Author Topic: SpaceX Falcon 9 - NROL-76 - May 1, 2017 - DISCUSSION  (Read 220392 times)

Offline cscott

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Re: SpaceX Falcon 9 - NROL-76 - May 1, 2017 - DISCUSSION
« Reply #180 on: 04/20/2017 12:13 AM »
Pretty sure "stealth vehicle" was referring to the F9 and was a joke. But the stealth satellite link looks interesting...

Offline amarkit

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Re: SpaceX Falcon 9 - NROL-76 - May 1, 2017 - DISCUSSION
« Reply #181 on: 04/23/2017 02:00 PM »
http://www.satobs.org/seesat/Apr-2017/0155.html

The launch hazard chart for the region near the launch site reveals that the trajectory will follow the northeast coast
of North America; therefore, the target orbit is a quasi-60 degree LEO, or a Molniya.

http://www.patrick.af.mil/Portals/14/documents/Launch%20Hazard%20Area%20Maps/4-30-2017%20LHA.pdf?ver=2017-04-20-154754-750

Per my earlier posts in this thread, since the return of the Falcon 9's first stage is targeting the launch site, the
payload is either headed for LEO, or is a fairly low in mass and headed for Molniya.

If LEO, I suspect it is a replacement or follow-on to the experimental USA 193, which was launched on NROL-21, and
failed upon reaching its 58.5 deg, 360 km orbit.

If Molniya, then I suspect it is a new generation of SDS Molniya, built on Boeing's BSS-702SP bus.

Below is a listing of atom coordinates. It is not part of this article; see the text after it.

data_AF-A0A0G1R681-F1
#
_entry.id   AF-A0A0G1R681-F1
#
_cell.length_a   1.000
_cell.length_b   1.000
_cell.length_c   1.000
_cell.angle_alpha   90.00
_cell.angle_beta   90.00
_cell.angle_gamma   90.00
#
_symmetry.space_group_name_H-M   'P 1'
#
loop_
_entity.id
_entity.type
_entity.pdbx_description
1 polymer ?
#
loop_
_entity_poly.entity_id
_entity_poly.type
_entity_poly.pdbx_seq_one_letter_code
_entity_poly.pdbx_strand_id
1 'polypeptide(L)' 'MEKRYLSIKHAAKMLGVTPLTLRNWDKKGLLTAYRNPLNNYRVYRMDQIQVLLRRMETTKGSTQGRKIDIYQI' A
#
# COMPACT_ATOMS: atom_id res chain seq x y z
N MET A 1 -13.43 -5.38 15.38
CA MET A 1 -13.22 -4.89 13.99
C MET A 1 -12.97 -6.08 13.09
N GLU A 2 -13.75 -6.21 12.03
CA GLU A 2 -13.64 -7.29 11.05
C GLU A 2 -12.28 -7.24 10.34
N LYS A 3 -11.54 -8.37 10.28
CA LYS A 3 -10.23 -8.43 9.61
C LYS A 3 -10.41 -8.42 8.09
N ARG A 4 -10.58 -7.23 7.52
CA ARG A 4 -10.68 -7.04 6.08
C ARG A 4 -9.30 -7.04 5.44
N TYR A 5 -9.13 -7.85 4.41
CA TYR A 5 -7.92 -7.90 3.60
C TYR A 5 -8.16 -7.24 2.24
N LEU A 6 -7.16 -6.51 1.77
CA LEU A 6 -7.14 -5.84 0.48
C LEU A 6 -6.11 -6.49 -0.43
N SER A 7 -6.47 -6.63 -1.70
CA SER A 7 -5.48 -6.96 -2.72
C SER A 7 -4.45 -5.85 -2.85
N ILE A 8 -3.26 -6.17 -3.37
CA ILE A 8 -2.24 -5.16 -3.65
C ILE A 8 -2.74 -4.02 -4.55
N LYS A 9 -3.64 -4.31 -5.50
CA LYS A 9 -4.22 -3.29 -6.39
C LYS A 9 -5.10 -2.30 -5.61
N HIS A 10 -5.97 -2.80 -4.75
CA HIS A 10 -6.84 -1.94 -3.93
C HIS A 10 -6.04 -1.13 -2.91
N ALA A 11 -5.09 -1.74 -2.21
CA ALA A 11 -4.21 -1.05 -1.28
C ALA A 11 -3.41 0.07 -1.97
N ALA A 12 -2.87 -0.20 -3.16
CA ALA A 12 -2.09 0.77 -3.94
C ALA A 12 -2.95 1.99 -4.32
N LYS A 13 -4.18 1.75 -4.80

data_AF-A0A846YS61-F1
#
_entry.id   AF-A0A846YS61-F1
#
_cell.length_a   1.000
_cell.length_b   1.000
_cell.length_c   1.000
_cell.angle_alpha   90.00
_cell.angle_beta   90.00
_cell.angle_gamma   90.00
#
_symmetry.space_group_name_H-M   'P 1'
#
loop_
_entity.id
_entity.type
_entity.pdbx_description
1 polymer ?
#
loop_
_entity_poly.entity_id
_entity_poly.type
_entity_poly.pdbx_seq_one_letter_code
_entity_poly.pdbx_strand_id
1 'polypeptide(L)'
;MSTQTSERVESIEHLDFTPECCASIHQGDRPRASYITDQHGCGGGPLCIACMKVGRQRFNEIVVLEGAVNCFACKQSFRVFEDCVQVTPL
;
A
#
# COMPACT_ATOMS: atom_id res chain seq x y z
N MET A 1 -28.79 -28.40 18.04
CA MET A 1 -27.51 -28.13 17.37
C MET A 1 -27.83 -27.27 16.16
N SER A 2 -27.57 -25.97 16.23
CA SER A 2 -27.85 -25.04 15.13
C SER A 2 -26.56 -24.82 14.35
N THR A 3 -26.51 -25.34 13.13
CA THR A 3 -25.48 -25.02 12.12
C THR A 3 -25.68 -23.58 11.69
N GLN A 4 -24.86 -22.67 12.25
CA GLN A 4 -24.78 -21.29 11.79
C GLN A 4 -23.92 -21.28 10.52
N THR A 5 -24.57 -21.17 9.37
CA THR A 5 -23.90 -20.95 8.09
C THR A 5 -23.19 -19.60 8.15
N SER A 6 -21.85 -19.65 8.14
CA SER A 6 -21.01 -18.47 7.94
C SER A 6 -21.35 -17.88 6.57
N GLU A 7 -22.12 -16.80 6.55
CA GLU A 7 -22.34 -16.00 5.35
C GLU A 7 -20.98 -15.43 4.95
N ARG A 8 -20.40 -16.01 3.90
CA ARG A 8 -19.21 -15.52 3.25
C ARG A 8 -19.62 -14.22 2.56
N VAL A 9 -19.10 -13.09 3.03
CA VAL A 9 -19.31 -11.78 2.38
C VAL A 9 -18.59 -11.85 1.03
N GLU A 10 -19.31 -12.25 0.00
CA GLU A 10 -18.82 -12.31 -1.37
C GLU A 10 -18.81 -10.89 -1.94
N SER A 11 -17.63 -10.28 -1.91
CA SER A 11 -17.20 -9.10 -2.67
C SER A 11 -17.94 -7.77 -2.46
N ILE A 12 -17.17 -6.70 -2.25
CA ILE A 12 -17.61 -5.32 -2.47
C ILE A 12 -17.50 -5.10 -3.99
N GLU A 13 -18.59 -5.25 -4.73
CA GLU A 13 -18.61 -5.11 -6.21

Molniya SDS seems more likely.

Ted Molczan

Any thoughts on the possibility that this could be a NOSS / Intruder pair? They're in 63 orbits and have been launched from the Cape before (NROL-23 and -30). Or would the relatively high-LEO target orbit (1000 km) and payload mass for such a pair preclude a RTLS landing?

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Re: SpaceX Falcon 9 - NROL-76 - May 1, 2017 - DISCUSSION
« Reply #182 on: 04/23/2017 02:04 PM »
http://www.satobs.org/seesat/Apr-2017/0155.html

The launch hazard chart for the region near the launch site reveals that the trajectory will follow the northeast coast
of North America; therefore, the target orbit is a quasi-60 degree LEO, or a Molniya.

http://www.patrick.af.mil/Portals/14/documents/Launch%20Hazard%20Area%20Maps/4-30-2017%20LHA.pdf?ver=2017-04-20-154754-750

Per my earlier posts in this thread, since the return of the Falcon 9's first stage is targeting the launch site, the
payload is either headed for LEO, or is a fairly low in mass and headed for Molniya.

If LEO, I suspect it is a replacement or follow-on to the experimental USA 193, which was launched on NROL-21, and
failed upon reaching its 58.5 deg, 360 km orbit.

If Molniya, then I suspect it is a new generation of SDS Molniya, built on Boeing's BSS-702SP bus.

Molniya SDS seems more likely.

Ted Molczan

While a long shot due to the presence of NROL-79, I wonder why NOSS is eliminated from the probable list? It could be that 79 is of the older generation and 76 is a new prototype, which could theoretically explain such a scenario.

Speaking of which, where is the NRO's mission patch? Such patches are usually made public long before by now. Or will the fairing spots a huge question mark?
Chinese spaceflight is a cosmic riddle wrapped in a galactic mystery inside an orbital enigma... - (not) Winston Churchill

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Re: SpaceX Falcon 9 - NROL-76 - May 1, 2017 - DISCUSSION
« Reply #183 on: 04/23/2017 04:11 PM »
http://www.satobs.org/seesat/Apr-2017/0155.html

The launch hazard chart for the region near the launch site reveals that the trajectory will follow the northeast coast
of North America; therefore, the target orbit is a quasi-60 degree LEO, or a Molniya.